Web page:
NTID student committed to serving community
Student Spotlight Susana Flores, fourth-year museum studies
Susana Flores, a fourth-year museum studies student and community service director for the Latin American Deaf Club, is dedicated to helping others on and off campus and raising awareness for Latino culture. Flores, from Antioch, Calif., is the only deaf person in her family and the first to attend college. She found her place at the Latin American Deaf Club because of the support system it fosters. Organizing service projects with club members and collecting artwork for the Latinx Art Exhibit helped her develop leadership and teamwork skills. After graduation, she plans to pursue a master’s degree and work for a museum.
Question: What brought you to RIT?
Answer: RIT/NTID is a wonderful school that provides great opportunities with accessibility and diversity. I learned about RIT when a NTID admission counselor traveled to my school and gave a special presentation to my high school. I attended the spring open house before I became a student in the fall.
Q: Why did you choose your major?
A: I always enjoyed art, history, science and philosophy. Museum studies consisted of all the hobbies I enjoyed. At the same time, museum studies was a new program under the College of Liberal Arts in 2010 so I took the opportunity when I learned about it.
Q: What are some goals you achieved at RIT?
A: I obtained an associate degree from the College of Liberal Arts. I was NTID’s first Latina exhibitioner to host the Latinx Art Exhibit at Dyer Art Gallery last fall. As a Latina and a museum studies student, I had the experience to create the project for the Latin American Deaf Club’s Hispanic heritage awareness event. The club and I worked together with the art gallery to collect, organize and label the Latinx artists and their artworks. Another one of my goals was helping the club become recognized under NTID Student Congress for its achievements with community service. I served as the president and I’m currently the community service director. My goals for the organization are to get involved with the community and help others. We have done several clothing and food drives, fundraised for Rochester’s Breast Cancer Association and collaborated with other diverse clubs.
Q: How is NTID your second home?
A: NTID became my second home when I discovered myself at RIT. When I first arrived, I knew no one and was already overwhelmed with the diversity here. After few months, I made new friends and made it on the Dean’s List. After my first year, I decided to join Latin American Deaf Club and realized that it had something that reminded me of home. It was the members’ family-oriented attitude that encouraged me to stay here especially during times when I was homesick.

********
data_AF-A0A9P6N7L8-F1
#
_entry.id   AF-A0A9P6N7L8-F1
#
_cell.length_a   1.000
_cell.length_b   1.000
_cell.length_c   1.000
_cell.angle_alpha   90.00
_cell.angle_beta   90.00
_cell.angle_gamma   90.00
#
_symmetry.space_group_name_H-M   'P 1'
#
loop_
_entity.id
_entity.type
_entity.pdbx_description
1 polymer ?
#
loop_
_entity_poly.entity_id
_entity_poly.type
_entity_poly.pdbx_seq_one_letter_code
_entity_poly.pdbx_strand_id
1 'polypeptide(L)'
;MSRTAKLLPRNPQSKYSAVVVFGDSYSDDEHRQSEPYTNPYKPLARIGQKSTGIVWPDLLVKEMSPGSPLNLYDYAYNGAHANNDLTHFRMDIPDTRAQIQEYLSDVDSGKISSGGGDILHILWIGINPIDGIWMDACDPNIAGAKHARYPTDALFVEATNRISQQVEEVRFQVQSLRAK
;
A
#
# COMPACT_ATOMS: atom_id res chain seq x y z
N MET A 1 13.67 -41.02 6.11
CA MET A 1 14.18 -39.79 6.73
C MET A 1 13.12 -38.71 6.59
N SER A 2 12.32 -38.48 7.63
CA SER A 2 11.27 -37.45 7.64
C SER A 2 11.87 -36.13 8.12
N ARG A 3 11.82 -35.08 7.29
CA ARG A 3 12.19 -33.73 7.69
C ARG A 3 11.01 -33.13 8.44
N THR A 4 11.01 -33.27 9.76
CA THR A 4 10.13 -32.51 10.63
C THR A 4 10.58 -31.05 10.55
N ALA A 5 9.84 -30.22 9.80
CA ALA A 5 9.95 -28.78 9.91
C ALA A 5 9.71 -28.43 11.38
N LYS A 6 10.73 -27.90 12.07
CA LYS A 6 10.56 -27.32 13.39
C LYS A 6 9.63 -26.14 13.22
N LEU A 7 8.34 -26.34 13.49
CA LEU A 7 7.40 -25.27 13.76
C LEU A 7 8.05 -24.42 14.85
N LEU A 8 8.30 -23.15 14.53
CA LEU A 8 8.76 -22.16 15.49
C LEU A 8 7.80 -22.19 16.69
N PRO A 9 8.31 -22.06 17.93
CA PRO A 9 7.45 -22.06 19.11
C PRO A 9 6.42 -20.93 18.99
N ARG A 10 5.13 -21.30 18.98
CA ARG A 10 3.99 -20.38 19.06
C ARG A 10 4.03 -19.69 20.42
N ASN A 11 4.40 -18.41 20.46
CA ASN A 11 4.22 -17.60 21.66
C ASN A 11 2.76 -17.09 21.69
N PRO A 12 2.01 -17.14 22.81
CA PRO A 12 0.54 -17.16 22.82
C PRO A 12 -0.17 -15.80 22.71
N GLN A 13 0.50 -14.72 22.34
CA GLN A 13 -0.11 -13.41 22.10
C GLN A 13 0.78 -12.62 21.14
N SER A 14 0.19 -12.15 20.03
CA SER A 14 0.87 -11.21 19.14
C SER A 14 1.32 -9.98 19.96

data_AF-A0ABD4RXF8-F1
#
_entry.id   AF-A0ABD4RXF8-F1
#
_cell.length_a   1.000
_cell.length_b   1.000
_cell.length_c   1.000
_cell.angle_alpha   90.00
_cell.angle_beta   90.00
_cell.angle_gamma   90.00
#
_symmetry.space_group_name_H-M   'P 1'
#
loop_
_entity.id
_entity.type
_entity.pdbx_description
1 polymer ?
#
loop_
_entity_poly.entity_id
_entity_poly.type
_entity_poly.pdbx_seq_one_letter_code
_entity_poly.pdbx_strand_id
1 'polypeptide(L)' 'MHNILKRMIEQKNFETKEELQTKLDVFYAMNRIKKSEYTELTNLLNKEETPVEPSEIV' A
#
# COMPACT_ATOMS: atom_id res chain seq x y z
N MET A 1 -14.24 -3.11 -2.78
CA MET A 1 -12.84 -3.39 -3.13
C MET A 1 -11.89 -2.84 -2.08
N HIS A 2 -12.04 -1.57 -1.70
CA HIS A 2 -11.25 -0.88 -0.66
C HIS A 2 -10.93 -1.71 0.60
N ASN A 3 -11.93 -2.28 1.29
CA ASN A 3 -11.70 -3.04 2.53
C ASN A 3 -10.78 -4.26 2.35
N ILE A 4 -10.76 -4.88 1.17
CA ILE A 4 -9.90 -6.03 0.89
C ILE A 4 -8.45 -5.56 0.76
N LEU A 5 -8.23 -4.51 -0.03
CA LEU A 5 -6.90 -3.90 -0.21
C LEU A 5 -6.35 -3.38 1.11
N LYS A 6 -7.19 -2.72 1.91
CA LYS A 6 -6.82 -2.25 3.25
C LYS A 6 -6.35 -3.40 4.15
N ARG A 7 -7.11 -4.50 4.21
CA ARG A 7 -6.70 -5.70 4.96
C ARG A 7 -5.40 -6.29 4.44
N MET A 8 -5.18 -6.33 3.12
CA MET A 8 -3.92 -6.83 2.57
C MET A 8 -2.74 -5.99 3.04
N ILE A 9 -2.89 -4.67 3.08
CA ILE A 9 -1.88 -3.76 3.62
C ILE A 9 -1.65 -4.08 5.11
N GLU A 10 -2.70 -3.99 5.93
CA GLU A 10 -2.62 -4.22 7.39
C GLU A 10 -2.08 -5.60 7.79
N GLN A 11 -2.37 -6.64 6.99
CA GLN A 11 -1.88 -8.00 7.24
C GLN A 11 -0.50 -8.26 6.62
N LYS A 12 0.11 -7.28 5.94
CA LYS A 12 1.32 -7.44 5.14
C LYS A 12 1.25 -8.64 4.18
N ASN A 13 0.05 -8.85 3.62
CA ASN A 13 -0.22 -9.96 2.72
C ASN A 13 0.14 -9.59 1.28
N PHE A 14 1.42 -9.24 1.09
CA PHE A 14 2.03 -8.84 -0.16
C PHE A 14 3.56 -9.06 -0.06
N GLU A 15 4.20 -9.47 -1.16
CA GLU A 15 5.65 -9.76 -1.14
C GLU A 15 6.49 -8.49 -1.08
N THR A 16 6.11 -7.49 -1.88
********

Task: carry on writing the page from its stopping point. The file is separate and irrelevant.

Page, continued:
Q: How has being a member of the Latin American Deaf Club helped you grow as a student?
A: Latin American Deaf Club has helped me shape into a mature and strong woman. Working with the team for five years has helped me become more patient. I think more as a leader and act as a team member. The experience itself was very enriching and important to me.
Q: Why is volunteering for the community important to you?
A: Volunteering for the RIT and Rochester community is very important to me and to other students because it helps us prepare and practice our communication and organization skills for reality after college.
Q: What does it mean for you to be the first one in your family to graduate from college?
A: It is truly an honor and a responsibility for me to carry out and establish a better role model for my younger family members to follow if they choose to continue their education too.
Q: What advice would you give first-generation students?
A: My advice to first-generation students is to stay ambitious, determined and keep an open mind. Try new opportunities, gain experiences and build new points of view. Always keep building bridges with new networks for after-college and future use.
Q: After you graduate, what are your plans?
A: My plans are to stay in school for another two years to earn a master’s degree. Then my goal is to get a job with a museum institute and build my work experience. I also want to travel to Europe to learn more about deaf history and deaf studies.
September 16, 2019
RIT and Genesee Country Village & Museum seal partnership with $1.3 million gift
RIT has received a $1.3 million gift to endow its partnership between the university and Genesee Country Village & Museum. The gift comes from RIT alumnus Philip Wehrheim and his wife, Anne. Wehrheim received a degree in business from RIT in 1966.
September 10, 2019
‘Global Women of Light’ to gather for international symposium at 2019 Frontiers in Optics
Women from academia, industry and government will meet this week to collaboratively establish strategies to advance women’s leadership across science, technology, engineering and entrepreneurship career ranks. WiSTEE Connect is collaborating with the Optical Society Foundation to organize the fourth international symposium “Global Women of Light” at the 2019 Frontiers in Optics on Sept. 15.
September 10, 2019
Medical Partnership provide accommodations for deaf patients
WROC-TV reports on the services available to deaf and hard-of-hearing patients at Rochester Regional Health Family Medicine at RIT.
September 10, 2019
RIT Distinguished Alumnus Clayton Turner named director of NASA’s Langley Research Center
Clayton Turner ’90 (electrical engineering) has been named the new director of NASA’s Langley Research Center in Hampton, Va. He will assume the director’s position on Monday, Sept. 30, when current center Director David Bowles retires after 39 years with the agency.